Sentences — August 11, 2008, 3:22 pm

“Shurshaschie in Buryane”

Here’s a sentence that stopped me this weekend:

For a moment he seemed to be in control of the whirlpool that had seized hold of him; then a thick black pitch seemed to pour into his eyes and nostrils—there was no air left to breathe, no stars over his head, nothing but this darkness, this ravine and these strange creatures rustling through the dry grass.

We are in the head of a Soviet commissar fighting in the Battle of Stalingrad. He has run to the lip of a ravine and is staring into its roiling contents, which his mind registers “as though a huge black cauldron were boiling”. There are “dim figures in the darkness,” German soldiers, which in the fear and horror of the tumult his brain sees as “a vast pit full of hundreds of poisonous snakes… slithering about in confusion, hissing and rustling through the dry grass.” Then comes the sentence above, in which the vessel of the self breaks, and contents spill.

life_fate
The structure of this long sentence is straightforward, distillable to the form “For a moment…; then….” The first part of the sentence establishes a state, a roiling but reportable one. A ravine is before our reporter, one metaphorically filled with snakes and boiling water but literally with Germans shooting at Soviets. Our reporter is dependably seizing the particulars of the chaos of battle, but as the sentence shifts into second gear, we see him seized by them—by “then,” which ushers in a counterstate. Sight becomes darkness, blindness; no air, no stars, nothing, only sound. The ophidian Germans remain, but only as “creatures rustling through the dry grass.”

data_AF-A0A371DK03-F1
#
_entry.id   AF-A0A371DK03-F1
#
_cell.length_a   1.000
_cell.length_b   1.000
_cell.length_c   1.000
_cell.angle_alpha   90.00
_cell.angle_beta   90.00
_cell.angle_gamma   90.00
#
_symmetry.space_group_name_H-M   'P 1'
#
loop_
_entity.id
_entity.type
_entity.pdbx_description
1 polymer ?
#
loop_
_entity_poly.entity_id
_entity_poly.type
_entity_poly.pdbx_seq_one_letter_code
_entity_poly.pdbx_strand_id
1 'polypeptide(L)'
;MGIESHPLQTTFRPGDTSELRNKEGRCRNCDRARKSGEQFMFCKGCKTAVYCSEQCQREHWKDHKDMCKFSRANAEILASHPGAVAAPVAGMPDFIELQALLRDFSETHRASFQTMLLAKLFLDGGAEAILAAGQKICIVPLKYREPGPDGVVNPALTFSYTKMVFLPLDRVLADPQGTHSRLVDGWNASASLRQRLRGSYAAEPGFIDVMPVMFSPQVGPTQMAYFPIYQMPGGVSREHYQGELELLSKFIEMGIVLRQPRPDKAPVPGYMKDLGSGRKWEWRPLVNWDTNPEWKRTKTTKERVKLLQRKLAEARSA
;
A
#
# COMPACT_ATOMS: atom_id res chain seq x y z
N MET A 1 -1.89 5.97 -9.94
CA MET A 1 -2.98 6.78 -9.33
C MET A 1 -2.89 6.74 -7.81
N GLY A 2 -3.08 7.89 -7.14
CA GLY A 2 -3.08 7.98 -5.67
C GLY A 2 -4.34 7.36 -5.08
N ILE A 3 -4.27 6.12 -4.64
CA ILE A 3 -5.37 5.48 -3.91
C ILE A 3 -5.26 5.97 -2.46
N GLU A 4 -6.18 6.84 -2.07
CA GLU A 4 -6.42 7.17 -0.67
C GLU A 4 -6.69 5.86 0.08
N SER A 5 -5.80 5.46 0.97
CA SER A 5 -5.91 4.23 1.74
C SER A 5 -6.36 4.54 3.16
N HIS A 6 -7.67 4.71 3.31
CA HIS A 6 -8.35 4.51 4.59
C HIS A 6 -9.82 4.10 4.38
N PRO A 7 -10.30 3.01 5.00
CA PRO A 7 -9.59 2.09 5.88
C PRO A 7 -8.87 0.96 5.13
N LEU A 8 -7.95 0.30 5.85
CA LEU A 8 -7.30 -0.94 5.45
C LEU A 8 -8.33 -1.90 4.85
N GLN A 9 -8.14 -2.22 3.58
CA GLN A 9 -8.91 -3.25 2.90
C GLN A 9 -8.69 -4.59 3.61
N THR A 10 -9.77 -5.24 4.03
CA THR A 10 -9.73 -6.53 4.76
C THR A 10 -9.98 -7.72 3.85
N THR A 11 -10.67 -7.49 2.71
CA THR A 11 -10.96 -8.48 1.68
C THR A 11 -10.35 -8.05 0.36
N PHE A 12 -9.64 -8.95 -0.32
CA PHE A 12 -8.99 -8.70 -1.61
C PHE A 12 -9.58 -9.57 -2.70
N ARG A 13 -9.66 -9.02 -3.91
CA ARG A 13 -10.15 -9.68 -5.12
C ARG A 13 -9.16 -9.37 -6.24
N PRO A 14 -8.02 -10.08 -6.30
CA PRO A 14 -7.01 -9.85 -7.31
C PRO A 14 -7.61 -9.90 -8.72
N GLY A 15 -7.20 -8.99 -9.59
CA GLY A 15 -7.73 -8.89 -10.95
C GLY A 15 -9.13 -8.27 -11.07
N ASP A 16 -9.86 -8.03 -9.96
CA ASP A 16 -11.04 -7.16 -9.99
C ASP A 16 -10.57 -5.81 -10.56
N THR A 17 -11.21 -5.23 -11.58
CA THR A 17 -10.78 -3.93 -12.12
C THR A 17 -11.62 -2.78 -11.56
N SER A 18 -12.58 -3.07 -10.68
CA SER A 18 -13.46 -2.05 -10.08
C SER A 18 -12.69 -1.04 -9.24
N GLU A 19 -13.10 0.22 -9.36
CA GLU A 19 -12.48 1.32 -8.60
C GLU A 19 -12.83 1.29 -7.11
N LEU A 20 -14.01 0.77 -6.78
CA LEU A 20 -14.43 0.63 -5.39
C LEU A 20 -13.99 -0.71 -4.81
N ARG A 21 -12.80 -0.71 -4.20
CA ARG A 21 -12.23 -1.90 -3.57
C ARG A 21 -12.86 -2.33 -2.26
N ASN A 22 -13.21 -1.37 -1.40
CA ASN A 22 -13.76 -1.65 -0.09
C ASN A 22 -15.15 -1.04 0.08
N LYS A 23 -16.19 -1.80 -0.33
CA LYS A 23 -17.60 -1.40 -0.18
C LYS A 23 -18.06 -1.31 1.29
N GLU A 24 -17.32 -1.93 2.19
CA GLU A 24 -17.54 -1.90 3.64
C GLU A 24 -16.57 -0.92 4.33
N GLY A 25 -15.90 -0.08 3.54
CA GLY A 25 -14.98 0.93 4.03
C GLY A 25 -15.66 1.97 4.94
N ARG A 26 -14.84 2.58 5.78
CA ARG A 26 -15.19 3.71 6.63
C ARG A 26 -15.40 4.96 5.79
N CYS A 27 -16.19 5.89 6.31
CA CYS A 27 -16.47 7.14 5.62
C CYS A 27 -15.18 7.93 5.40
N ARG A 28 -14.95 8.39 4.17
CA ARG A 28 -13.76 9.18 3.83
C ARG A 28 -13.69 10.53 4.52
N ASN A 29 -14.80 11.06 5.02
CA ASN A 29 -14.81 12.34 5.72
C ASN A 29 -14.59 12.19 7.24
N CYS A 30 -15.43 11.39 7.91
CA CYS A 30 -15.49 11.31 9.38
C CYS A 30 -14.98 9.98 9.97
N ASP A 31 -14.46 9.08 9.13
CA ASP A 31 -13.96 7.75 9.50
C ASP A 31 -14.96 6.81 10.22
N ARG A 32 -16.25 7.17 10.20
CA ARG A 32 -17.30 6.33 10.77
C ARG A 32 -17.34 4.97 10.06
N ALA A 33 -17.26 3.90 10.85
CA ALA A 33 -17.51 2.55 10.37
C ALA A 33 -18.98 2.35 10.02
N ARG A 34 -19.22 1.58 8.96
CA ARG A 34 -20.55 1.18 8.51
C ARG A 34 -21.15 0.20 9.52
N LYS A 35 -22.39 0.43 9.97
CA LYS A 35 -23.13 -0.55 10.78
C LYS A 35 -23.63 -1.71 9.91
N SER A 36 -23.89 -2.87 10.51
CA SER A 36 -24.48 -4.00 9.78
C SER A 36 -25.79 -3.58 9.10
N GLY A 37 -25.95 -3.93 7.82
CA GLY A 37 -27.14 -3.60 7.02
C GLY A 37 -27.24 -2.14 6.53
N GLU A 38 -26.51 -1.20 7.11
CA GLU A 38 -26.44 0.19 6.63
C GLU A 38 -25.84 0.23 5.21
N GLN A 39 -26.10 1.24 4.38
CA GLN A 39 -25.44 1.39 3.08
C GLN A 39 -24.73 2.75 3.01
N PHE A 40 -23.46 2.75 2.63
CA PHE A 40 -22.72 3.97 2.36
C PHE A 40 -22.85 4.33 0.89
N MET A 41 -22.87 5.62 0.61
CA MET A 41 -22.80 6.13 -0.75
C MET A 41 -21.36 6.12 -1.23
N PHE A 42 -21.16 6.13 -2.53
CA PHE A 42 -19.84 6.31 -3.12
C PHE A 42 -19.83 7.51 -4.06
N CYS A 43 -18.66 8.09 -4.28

Soldiers battle in darkness. Such writing illuminates, even in translation. Robert Chandler is responsible for turning Vasily Grossman’s

?? ????????, ?? ?????? ????????? ??????????? ??? ??????????, ?? ???????? ?????? ?????????? ???, ? ????????, ?????? ???????? ???? ?????? ??? ? ?????, ? ??????, ? ?? ??? ??????? ??? ??????? ? ??? ????????? ???? ??? ???????, ???? ???? ????, ????? ? ???????? ????????, ???????? ? ???????.

….into the lucidity above, from ????? ? ??????, which New York Review Books brought back into print in 2006 as Life and Fate. Without it, we non-Russianists could only experience Grossman via the blithe ejecta of Google Translate, which renders the richness above, thus:

That it seemed he had his seizure of traffic rules whirlpool, the feeling cover his loss, and seemed to flow thick tar him in the darkness eyes, nostrils in, and certainly no air to breath and there is no starry sky above head, there is only darkness, ravine and terrible creatures, shurshaschie in buryane.

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Nobody in academia had ever witnessed or even heard of a performance like this before. In just a few years, in the early 1950s, a University of Pennsylvania graduate student — a student, in his twenties — had taken over an entire field of study, linguistics, and stood it on its head and hardened it from a spongy so-called “social science” into a real science, a hard science, and put his name on it: Noam Chomsky.

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